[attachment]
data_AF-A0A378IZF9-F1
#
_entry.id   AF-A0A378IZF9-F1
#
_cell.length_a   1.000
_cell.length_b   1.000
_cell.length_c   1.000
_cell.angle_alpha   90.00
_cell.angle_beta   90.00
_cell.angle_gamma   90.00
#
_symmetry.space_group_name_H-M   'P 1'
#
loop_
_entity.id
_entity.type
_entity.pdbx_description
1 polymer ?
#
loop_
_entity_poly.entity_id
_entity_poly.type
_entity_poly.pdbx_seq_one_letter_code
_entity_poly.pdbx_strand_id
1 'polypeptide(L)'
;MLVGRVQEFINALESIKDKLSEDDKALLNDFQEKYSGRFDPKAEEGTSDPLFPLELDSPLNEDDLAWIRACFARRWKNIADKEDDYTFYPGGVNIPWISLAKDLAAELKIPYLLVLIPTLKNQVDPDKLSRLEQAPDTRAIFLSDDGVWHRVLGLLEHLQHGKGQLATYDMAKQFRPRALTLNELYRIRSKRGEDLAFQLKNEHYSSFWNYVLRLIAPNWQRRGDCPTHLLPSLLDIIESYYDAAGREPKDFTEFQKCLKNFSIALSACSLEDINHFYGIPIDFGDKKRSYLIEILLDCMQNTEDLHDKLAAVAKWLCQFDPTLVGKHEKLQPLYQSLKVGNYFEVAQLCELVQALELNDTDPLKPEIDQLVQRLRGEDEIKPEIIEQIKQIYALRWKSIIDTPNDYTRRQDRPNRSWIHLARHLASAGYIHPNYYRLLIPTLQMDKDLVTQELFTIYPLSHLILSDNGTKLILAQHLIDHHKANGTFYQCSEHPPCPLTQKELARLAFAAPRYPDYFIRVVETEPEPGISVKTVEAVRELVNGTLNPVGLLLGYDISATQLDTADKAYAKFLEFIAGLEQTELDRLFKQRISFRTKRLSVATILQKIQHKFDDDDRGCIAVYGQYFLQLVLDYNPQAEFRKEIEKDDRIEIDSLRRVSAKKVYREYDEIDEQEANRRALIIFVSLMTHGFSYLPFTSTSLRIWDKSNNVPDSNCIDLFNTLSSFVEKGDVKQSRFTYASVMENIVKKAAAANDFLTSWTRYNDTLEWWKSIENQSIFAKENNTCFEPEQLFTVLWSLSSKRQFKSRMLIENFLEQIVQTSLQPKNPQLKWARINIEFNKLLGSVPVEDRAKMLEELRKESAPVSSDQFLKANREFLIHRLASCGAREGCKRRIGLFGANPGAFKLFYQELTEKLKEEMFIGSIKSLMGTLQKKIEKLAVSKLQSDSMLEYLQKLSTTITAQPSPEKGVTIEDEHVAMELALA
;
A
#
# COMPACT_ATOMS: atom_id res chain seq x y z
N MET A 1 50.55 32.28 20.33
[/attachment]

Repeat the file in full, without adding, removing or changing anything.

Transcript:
data_AF-A0A378IZF9-F1
#
_entry.id   AF-A0A378IZF9-F1
#
_cell.length_a   1.000
_cell.length_b   1.000
_cell.length_c   1.000
_cell.angle_alpha   90.00
_cell.angle_beta   90.00
_cell.angle_gamma   90.00
#
_symmetry.space_group_name_H-M   'P 1'
#
loop_
_entity.id
_entity.type
_entity.pdbx_description
1 polymer ?
#
loop_
_entity_poly.entity_id
_entity_poly.type
_entity_poly.pdbx_seq_one_letter_code
_entity_poly.pdbx_strand_id
1 'polypeptide(L)'
;MLVGRVQEFINALESIKDKLSEDDKALLNDFQEKYSGRFDPKAEEGTSDPLFPLELDSPLNEDDLAWIRACFARRWKNIADKEDDYTFYPGGVNIPWISLAKDLAAELKIPYLLVLIPTLKNQVDPDKLSRLEQAPDTRAIFLSDDGVWHRVLGLLEHLQHGKGQLATYDMAKQFRPRALTLNELYRIRSKRGEDLAFQLKNEHYSSFWNYVLRLIAPNWQRRGDCPTHLLPSLLDIIESYYDAAGREPKDFTEFQKCLKNFSIALSACSLEDINHFYGIPIDFGDKKRSYLIEILLDCMQNTEDLHDKLAAVAKWLCQFDPTLVGKHEKLQPLYQSLKVGNYFEVAQLCELVQALELNDTDPLKPEIDQLVQRLRGEDEIKPEIIEQIKQIYALRWKSIIDTPNDYTRRQDRPNRSWIHLARHLASAGYIHPNYYRLLIPTLQMDKDLVTQELFTIYPLSHLILSDNGTKLILAQHLIDHHKANGTFYQCSEHPPCPLTQKELARLAFAAPRYPDYFIRVVETEPEPGISVKTVEAVRELVNGTLNPVGLLLGYDISATQLDTADKAYAKFLEFIAGLEQTELDRLFKQRISFRTKRLSVATILQKIQHKFDDDDRGCIAVYGQYFLQLVLDYNPQAEFRKEIEKDDRIEIDSLRRVSAKKVYREYDEIDEQEANRRALIIFVSLMTHGFSYLPFTSTSLRIWDKSNNVPDSNCIDLFNTLSSFVEKGDVKQSRFTYASVMENIVKKAAAANDFLTSWTRYNDTLEWWKSIENQSIFAKENNTCFEPEQLFTVLWSLSSKRQFKSRMLIENFLEQIVQTSLQPKNPQLKWARINIEFNKLLGSVPVEDRAKMLEELRKESAPVSSDQFLKANREFLIHRLASCGAREGCKRRIGLFGANPGAFKLFYQELTEKLKEEMFIGSIKSLMGTLQKKIEKLAVSKLQSDSMLEYLQKLSTTITAQPSPEKGVTIEDEHVAMELALA
;
A
#
# COMPACT_ATOMS: atom_id res chain seq x y z
N MET A 1 50.55 32.28 20.33